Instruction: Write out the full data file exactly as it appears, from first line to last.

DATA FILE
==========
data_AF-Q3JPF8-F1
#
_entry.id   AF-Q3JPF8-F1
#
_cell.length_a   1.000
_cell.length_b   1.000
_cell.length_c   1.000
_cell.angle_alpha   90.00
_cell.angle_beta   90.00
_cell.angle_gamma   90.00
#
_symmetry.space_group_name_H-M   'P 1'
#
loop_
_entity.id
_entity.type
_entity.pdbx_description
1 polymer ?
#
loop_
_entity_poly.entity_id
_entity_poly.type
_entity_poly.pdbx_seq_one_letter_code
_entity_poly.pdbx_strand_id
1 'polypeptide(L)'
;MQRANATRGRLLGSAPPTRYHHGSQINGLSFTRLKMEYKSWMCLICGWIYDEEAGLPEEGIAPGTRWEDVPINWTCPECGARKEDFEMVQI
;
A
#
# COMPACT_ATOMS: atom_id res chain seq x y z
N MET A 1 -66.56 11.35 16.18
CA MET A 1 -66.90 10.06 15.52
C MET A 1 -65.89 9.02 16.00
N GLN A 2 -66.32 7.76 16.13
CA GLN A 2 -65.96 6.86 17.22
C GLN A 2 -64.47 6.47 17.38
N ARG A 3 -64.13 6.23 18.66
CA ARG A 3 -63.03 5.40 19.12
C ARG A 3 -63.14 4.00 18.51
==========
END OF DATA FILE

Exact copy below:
data_AF-Q3JPF8-F1
#
_entry.id   AF-Q3JPF8-F1
#
_cell.length_a   1.000
_cell.length_b   1.000
_cell.length_c   1.000
_cell.angle_alpha   90.00
_cell.angle_beta   90.00
_cell.angle_gamma   90.00
#
_symmetry.space_group_name_H-M   'P 1'
#
loop_
_entity.id
_entity.type
_entity.pdbx_description
1 polymer ?
#
loop_
_entity_poly.entity_id
_entity_poly.type
_entity_poly.pdbx_seq_one_letter_code
_entity_poly.pdbx_strand_id
1 'polypeptide(L)'
;MQRANATRGRLLGSAPPTRYHHGSQINGLSFTRLKMEYKSWMCLICGWIYDEEAGLPEEGIAPGTRWEDVPINWTCPECGARKEDFEMVQI
;
A
#
# COMPACT_ATOMS: atom_id res chain seq x y z
N MET A 1 -66.56 11.35 16.18
CA MET A 1 -66.90 10.06 15.52
C MET A 1 -65.89 9.02 16.00
N GLN A 2 -66.32 7.76 16.13
CA GLN A 2 -65.96 6.86 17.22
C GLN A 2 -64.47 6.47 17.38
N ARG A 3 -64.13 6.23 18.66
CA ARG A 3 -63.03 5.40 19.12
C ARG A 3 -63.14 4.00 18.51